Por ejemplo:

    “He entered her. She stiffened. He stopped, holding himself tight, letting her adjust to him.”


    “Her legs opened wider. He went deeper. She arched and he wrapped his arms around her.”

    *snort* and this just made it seem to drag, like (if it were me, which pray God it never will be) I would be like “ummm…this is taking a damn long time to get underway…”


    “Andre began moving [Finally]. He knew how to make love [Are you sure?]. He’d done it enough [I’m not convinced], but he realized he had no control when it came to Abby [Ooooh, but of course].”

    Then it moved to just Standard Phrases & Implications That Must Show Up in The Love Makings So Thus We Know The Wang Is Functioning Properly Within the RomaAAAANCE:

    “She felt so good [*Teen Girl Squad Voice* SOOOO GOOOD!]. He’d never known a woman could feel like this [Like…what?]. He’d been born to join with her [oh yaya]. He’d been unconsciously searching for her all his life, and now this was their moment [Preach it, brother!]. Their blessed, precious moment [Do they have a figurine for that?].”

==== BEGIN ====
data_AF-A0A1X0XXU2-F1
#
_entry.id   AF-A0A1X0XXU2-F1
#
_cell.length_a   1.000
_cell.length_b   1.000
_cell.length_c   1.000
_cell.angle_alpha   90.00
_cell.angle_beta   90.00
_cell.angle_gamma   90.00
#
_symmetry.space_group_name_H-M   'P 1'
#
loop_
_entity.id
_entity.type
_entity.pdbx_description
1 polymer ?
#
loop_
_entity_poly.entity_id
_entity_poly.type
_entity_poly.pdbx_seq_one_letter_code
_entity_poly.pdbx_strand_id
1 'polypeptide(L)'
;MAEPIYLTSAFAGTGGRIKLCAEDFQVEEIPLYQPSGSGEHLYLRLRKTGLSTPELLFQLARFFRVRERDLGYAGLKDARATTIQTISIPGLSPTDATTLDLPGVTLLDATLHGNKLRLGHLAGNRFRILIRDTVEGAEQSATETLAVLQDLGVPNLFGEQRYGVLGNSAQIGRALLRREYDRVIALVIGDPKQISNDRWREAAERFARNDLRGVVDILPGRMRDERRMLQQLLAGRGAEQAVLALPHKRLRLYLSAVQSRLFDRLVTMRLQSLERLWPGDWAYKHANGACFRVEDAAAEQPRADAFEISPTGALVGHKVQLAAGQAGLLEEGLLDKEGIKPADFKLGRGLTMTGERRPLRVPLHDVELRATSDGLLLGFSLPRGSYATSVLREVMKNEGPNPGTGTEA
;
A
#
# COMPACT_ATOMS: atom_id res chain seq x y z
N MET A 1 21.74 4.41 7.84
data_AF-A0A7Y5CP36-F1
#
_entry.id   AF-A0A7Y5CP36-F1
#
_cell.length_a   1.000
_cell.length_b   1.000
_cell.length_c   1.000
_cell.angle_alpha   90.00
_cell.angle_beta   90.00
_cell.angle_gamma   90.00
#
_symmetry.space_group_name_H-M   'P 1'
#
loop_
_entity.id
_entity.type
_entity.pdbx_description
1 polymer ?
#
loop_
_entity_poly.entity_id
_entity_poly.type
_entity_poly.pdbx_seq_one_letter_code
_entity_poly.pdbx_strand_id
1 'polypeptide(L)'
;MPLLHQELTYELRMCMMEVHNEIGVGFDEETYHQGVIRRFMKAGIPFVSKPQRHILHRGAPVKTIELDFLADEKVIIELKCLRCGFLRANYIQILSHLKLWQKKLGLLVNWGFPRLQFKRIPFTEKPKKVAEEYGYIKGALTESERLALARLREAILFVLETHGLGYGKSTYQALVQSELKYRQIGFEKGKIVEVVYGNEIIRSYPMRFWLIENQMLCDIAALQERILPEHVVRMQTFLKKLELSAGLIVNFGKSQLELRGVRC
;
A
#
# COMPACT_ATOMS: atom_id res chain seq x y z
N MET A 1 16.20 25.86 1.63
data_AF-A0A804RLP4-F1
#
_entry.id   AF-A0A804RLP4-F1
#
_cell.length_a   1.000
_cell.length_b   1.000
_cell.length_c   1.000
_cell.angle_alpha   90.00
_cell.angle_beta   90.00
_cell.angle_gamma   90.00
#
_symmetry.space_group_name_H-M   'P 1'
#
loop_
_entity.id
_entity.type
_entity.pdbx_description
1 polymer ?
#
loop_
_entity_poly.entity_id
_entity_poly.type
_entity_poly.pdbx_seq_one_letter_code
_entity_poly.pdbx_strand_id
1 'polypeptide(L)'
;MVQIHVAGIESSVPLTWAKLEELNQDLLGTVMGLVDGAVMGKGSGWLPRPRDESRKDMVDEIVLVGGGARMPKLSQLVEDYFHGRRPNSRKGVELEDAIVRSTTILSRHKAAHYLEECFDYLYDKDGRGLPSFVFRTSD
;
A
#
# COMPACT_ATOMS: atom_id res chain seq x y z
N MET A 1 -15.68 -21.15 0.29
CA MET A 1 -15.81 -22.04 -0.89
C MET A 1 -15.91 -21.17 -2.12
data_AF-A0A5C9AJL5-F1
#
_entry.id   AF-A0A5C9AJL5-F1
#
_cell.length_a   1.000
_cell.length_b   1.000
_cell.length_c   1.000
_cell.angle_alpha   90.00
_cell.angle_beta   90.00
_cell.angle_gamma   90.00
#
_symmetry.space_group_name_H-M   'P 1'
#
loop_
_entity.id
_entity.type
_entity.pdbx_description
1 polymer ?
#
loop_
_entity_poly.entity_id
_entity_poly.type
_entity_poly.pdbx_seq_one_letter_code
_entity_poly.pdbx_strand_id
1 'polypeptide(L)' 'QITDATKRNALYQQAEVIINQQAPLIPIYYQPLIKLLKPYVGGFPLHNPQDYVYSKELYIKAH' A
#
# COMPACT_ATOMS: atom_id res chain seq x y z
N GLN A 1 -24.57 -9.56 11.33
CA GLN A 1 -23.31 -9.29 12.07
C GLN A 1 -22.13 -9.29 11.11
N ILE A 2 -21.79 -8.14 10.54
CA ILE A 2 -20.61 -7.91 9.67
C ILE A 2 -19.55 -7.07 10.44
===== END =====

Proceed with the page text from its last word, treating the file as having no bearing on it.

…ummm…I feel like we just went down the check list, but, hey, nothing equals the following:

    “Pride filled him […”pride” huh?”]. Male pride in all its glory. “We can do it all you wish, palomita,” he assured her, and proceeded to show her the truth of his words.”

    I love how Maxwell seems to be like a catechism instructor when she’s writing her sentence:

    What filled him? Pride filled him! What kind of pride filled him? Male pride, in all its glory!!!  And when he says “we can do it all you wish” what might he do? Show her the truth of his words! (boinking, in case you were wondering. Hey, I was).

    Okay I’ll stop now. Time to writes the paper of the awesomeness!